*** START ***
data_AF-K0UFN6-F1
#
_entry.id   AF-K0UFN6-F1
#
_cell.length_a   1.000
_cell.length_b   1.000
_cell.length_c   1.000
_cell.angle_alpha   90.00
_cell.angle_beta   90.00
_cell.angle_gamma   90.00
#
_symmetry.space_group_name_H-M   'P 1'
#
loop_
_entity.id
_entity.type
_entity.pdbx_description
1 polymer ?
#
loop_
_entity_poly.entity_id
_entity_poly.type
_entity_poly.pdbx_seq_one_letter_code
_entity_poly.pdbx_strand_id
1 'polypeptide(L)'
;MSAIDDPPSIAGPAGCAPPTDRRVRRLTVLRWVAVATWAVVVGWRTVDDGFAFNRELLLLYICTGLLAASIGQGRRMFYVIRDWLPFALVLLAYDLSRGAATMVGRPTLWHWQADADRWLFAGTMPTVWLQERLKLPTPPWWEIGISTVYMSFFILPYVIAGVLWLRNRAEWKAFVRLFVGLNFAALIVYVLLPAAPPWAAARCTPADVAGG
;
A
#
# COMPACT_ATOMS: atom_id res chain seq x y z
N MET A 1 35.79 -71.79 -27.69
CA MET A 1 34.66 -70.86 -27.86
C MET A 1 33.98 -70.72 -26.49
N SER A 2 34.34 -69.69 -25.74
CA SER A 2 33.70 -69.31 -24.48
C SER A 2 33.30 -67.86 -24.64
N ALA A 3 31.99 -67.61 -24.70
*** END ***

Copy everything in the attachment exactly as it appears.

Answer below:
data_AF-K0UFN6-F1
#
_entry.id   AF-K0UFN6-F1
#
_cell.length_a   1.000
_cell.length_b   1.000
_cell.length_c   1.000
_cell.angle_alpha   90.00
_cell.angle_beta   90.00
_cell.angle_gamma   90.00
#
_symmetry.space_group_name_H-M   'P 1'
#
loop_
_entity.id
_entity.type
_entity.pdbx_description
1 polymer ?
#
loop_
_entity_poly.entity_id
_entity_poly.type
_entity_poly.pdbx_seq_one_letter_code
_entity_poly.pdbx_strand_id
1 'polypeptide(L)'
;MSAIDDPPSIAGPAGCAPPTDRRVRRLTVLRWVAVATWAVVVGWRTVDDGFAFNRELLLLYICTGLLAASIGQGRRMFYVIRDWLPFALVLLAYDLSRGAATMVGRPTLWHWQADADRWLFAGTMPTVWLQERLKLPTPPWWEIGISTVYMSFFILPYVIAGVLWLRNRAEWKAFVRLFVGLNFAALIVYVLLPAAPPWAAARCTPADVAGG
;
A
#
# COMPACT_ATOMS: atom_id res chain seq x y z
N MET A 1 35.79 -71.79 -27.69
CA MET A 1 34.66 -70.86 -27.86
C MET A 1 33.98 -70.72 -26.49
N SER A 2 34.34 -69.69 -25.74
CA SER A 2 33.70 -69.31 -24.48
C SER A 2 33.30 -67.86 -24.64
N ALA A 3 31.99 -67.61 -24.70